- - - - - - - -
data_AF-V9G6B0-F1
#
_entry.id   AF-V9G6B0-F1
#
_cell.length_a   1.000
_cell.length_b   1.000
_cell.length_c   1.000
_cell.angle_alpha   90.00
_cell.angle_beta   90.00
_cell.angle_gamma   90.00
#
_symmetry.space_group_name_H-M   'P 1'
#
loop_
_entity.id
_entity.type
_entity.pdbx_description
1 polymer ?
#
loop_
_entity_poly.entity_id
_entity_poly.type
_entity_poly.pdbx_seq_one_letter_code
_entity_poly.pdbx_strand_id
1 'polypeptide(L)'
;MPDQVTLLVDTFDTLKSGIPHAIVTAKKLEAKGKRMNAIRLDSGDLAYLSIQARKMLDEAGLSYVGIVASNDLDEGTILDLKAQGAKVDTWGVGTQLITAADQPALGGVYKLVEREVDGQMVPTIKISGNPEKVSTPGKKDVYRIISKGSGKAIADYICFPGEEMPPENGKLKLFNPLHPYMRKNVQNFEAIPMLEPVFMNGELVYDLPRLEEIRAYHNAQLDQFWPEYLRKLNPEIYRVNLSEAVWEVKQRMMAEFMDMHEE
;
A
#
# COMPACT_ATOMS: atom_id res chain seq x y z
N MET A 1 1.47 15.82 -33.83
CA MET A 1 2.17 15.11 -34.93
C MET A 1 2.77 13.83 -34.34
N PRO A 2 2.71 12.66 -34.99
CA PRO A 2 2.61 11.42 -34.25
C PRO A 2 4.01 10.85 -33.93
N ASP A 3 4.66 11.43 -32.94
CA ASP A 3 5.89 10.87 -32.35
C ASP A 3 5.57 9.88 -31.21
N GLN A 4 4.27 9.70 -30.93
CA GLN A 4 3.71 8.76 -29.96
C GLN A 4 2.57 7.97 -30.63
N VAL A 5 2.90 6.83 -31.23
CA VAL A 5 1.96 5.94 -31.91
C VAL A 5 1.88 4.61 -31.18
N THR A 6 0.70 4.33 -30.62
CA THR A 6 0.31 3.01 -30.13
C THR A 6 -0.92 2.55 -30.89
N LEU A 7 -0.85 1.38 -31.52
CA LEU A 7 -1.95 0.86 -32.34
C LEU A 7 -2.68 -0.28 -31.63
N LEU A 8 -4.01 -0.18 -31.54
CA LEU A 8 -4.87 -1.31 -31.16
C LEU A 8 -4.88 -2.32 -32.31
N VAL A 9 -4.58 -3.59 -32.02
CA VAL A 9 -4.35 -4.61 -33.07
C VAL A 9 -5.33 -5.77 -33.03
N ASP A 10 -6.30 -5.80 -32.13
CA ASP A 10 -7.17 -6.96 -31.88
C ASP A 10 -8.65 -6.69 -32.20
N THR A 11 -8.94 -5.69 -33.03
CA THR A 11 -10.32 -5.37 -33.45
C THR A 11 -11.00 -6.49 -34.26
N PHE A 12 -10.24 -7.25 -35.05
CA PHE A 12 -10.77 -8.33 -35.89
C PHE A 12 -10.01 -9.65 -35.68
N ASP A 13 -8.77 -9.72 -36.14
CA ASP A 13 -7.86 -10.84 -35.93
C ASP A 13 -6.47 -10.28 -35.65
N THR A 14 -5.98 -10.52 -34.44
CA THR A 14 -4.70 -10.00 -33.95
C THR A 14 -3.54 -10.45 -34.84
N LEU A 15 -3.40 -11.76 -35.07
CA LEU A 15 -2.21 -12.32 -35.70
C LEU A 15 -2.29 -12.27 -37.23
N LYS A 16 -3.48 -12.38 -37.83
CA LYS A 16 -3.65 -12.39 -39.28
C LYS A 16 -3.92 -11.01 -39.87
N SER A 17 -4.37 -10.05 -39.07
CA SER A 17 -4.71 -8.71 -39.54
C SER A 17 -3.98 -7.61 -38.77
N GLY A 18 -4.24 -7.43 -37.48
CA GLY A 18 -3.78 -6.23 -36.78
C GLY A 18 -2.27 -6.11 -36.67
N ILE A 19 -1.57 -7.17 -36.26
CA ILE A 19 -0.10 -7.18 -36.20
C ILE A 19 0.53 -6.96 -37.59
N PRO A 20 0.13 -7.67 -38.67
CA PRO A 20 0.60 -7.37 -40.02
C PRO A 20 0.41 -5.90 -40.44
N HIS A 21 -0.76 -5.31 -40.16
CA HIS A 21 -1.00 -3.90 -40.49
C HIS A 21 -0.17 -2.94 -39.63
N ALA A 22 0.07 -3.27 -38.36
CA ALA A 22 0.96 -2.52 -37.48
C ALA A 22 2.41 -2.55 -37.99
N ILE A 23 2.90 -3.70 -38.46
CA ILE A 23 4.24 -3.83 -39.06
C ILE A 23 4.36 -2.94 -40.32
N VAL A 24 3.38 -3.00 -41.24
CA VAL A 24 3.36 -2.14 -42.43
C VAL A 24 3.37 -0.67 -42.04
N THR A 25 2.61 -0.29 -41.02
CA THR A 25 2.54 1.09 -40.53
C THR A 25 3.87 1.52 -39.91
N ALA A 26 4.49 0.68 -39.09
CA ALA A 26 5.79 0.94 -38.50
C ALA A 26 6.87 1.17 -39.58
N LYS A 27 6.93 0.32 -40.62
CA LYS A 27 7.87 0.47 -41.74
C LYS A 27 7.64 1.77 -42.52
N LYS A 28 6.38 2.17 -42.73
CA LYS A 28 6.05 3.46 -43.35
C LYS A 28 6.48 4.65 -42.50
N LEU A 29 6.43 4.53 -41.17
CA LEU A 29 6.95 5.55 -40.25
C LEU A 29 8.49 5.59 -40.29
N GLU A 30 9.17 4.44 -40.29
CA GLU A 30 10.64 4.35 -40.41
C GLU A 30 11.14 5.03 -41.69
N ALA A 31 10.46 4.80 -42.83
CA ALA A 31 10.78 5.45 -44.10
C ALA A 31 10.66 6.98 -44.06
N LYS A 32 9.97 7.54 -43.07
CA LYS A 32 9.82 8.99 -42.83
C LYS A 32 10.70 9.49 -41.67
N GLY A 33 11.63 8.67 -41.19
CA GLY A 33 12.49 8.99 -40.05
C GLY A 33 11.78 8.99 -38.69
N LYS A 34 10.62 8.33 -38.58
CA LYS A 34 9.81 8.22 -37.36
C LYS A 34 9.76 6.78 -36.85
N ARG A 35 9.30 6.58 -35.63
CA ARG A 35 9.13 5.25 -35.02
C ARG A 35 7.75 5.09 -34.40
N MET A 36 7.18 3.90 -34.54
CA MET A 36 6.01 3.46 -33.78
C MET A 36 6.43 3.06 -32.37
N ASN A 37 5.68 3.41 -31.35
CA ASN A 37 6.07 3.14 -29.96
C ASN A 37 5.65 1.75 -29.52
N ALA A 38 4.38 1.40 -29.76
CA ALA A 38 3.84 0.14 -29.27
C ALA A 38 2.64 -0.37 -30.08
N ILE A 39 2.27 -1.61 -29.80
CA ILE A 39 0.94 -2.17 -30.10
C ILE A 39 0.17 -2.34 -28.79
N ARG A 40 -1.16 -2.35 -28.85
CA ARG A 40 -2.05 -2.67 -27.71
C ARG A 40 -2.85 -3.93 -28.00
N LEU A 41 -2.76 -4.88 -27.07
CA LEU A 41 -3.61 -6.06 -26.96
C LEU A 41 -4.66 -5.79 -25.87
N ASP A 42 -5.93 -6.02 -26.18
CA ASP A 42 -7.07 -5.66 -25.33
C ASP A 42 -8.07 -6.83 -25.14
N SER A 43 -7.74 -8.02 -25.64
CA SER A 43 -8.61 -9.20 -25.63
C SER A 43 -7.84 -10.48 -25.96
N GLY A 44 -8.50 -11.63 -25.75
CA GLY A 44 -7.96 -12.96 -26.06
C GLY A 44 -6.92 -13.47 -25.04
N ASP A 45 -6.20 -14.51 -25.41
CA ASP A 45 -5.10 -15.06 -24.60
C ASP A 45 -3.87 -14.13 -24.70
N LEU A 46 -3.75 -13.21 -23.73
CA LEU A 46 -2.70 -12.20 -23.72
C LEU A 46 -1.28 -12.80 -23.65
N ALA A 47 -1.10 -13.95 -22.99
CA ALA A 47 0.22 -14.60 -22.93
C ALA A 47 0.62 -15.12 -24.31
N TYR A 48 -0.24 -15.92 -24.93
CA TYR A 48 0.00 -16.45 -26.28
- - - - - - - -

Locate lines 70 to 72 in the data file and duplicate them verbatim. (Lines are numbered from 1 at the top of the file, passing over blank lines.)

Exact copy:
N THR A 14 -5.98 -10.52 -34.44
CA THR A 14 -4.70 -10.00 -33.95
C THR A 14 -3.54 -10.45 -34.84